Christopher K. Cebra VMD, MA, MS, DACVIM-LA
Veterinarians commonly attend to camelids for the first time when the camelids are in the end stages of a disease process. Predictably, treatment is often unsuccessful and both the owner and the veterinarian become frustrated. The lack of success has lead to a variety of negative mantras, like “all sick camelids die” or “a down camelid is a dead camelid.” Though I cannot deny the inevitability of death with many advanced diseases, treatment success and satisfaction of the people involved can be markedly improved by following a few simple guidelines.
1. Assess your animals often, subjectively and objectively.
Regular, systematic assessment results in earlier identification of abnormalities, and thereby the possibility for earlier medical intervention. This in turn leads to greater patient survival.
Subjective assessments include how bright the animal appears, whether it is maintaining itself with the herd and in its normal spot in the social hierarchy, and whether it spends adequate time at the feed bunk, dung pile, or chewing its cud. Every camelid is unique in how it acts in these respects, thus knowing individual behaviour is helpful. In general, I recommend seeing each camelid eat and/or chew its cud at least twice a day (once in the morning and once in the evening). Elimination behaviour (urination and defecation) is less fun to watch, and usually only noteworthy if the camelid is under surveillance for other concerns or if it spends too much time trying to complete the process.
The most common objective assessments are body weights and body condition scoring. These are important because camelids’ fibre coat can conceal many changes in body condition. Alpacas are especially vulnerable to misassessment. A general rule of thumb is that a 5% reduction of body weight (about ˝ a condition score) means the animal should be observed closely for the next interval, with special attention to feed intake, attitude, and general physical activity. A 10% reduction warrants veterinary attention, and a 20% reduction (a drop of 2 condition scores) warrants immediate action. Fleece weight and weight changes associated with pregnancy or parturition must be considered when assessing body weight.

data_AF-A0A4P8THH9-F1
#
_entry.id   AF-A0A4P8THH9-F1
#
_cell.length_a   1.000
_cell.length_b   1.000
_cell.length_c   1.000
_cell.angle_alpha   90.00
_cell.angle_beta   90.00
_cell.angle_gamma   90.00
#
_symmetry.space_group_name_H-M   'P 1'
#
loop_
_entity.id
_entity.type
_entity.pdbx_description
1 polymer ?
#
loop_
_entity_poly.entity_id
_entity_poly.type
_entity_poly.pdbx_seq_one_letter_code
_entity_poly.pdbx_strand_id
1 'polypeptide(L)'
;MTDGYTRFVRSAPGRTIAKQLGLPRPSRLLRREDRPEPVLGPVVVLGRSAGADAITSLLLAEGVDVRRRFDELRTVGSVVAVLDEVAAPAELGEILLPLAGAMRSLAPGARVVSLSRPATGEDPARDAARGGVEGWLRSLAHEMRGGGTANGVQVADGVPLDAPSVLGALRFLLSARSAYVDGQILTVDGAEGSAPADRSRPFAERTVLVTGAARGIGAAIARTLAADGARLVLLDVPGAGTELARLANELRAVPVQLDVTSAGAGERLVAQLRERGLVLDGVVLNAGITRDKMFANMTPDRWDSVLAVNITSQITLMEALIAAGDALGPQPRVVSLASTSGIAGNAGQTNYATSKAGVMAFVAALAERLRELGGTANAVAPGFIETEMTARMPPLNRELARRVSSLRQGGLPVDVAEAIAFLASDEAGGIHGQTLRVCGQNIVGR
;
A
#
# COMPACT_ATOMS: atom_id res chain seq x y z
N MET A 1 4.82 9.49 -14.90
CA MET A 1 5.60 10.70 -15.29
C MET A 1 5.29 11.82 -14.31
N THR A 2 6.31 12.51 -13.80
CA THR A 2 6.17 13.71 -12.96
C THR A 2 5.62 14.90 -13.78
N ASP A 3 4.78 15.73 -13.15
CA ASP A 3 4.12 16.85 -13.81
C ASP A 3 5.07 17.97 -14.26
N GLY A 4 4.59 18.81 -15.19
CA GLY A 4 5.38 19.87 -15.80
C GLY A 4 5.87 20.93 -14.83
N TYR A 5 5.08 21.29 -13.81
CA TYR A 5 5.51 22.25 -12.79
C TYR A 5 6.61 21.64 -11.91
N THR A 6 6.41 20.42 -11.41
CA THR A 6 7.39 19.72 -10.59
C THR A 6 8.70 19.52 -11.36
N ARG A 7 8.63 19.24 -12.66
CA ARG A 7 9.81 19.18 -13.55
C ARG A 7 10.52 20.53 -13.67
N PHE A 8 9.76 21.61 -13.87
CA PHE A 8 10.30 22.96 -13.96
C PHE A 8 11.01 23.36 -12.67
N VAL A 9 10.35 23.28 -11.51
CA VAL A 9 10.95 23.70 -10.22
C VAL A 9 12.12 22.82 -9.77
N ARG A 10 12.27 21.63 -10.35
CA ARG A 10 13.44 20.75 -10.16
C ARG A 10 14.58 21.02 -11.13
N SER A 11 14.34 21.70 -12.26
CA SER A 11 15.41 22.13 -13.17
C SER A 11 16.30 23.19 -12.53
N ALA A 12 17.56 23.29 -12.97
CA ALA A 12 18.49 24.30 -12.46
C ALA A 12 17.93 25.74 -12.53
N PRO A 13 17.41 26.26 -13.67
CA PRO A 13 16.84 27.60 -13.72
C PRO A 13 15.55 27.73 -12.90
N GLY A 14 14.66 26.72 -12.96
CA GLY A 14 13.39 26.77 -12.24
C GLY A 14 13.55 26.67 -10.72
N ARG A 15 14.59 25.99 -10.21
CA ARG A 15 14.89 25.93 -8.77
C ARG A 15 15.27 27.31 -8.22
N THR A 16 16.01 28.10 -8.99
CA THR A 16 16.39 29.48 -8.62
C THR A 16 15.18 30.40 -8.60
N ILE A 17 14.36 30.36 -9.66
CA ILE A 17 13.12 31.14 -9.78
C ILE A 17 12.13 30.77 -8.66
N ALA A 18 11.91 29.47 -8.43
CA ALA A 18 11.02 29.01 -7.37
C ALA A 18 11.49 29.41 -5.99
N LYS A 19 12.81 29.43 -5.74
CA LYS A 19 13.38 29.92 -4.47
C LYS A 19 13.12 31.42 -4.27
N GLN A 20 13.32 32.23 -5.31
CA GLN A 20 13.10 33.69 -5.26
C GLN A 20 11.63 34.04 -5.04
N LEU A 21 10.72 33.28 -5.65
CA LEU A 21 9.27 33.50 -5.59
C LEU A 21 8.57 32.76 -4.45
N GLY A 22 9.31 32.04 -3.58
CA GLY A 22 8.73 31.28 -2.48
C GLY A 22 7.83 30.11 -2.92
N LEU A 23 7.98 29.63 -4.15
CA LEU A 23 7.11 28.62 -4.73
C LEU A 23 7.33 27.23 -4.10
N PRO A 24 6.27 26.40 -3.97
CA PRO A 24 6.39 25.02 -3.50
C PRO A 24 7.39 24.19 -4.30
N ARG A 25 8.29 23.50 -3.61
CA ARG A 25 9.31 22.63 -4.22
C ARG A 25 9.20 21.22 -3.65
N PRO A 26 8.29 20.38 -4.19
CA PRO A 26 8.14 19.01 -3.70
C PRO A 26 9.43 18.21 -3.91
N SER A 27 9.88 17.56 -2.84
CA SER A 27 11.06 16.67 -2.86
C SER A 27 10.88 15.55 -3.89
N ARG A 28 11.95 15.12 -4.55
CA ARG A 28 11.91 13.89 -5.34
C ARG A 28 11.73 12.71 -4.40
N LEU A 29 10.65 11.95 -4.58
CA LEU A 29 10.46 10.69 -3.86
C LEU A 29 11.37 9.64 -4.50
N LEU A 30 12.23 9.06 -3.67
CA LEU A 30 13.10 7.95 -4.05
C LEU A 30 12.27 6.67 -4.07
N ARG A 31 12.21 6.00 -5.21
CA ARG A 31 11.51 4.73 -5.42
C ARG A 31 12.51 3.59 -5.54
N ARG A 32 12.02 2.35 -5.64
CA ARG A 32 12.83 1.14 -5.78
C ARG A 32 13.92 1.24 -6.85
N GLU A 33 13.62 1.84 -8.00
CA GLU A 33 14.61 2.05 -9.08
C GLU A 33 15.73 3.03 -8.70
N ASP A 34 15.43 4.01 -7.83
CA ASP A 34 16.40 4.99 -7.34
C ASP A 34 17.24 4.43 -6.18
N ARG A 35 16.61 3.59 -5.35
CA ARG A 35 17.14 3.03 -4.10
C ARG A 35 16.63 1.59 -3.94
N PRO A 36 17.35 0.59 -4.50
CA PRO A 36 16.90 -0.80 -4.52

Weights are also an important consideration when calculating necessary food and dosages of medications. Estimation can be dangerous in these regards.
The saying “the dullest pencil is better than the sharpest memory” comes into play here: record your findings (more often on computers than paper nowadays), do not expect to remember them.
2. Assume that abnormal animals are sicker than they appear.
Camelids have a reputation for being stoic. This is partially true. Like most prey species, they try to hide injuries and illnesses. However, we have many tools available to us that are not available to most predators, such as scales, blood analysers, ultrasound machines, the internet, and opposable thumbs. We can use these advantages as well as careful monitoring to identify camelids in the earlier stages of illnesses and injury.
Refusal to eat and inability to stand are common reasons for seeking veterinary attention in camelids. These are common endpoints from a variety of disorders, many of which presumably had some earlier manifestation, and also bear with them their own complications: weakness, debilitation, and mobilisation of fat reserves with feed refusal and pressure sores and muscle damage with recumbency.
Contributors to why camelids are first seen at these endpoints include stoicism and lack of monitoring, but they also include people not responding to the earlier manifestations, such as an abnormal gait or difficulty rising (preludes to full recumbency) or a loss of weight or partial decrease in appetite (prior to complete feed refusal).
We need to see and react to these earlier signs. In some ways, we even need to overreact compared to what we do in other species. In addition to showing subtle signs, we need to acknowledge that camelids seldom have illnesses that respond well to simple, short-term medication (like pain medications to a colic horse or a single dose of a long acting antibiotic in a coughing cow)– camelids take care of those minor issues themselves without any demonstrable signs.
3. Learn to recognize the signs of abnormality.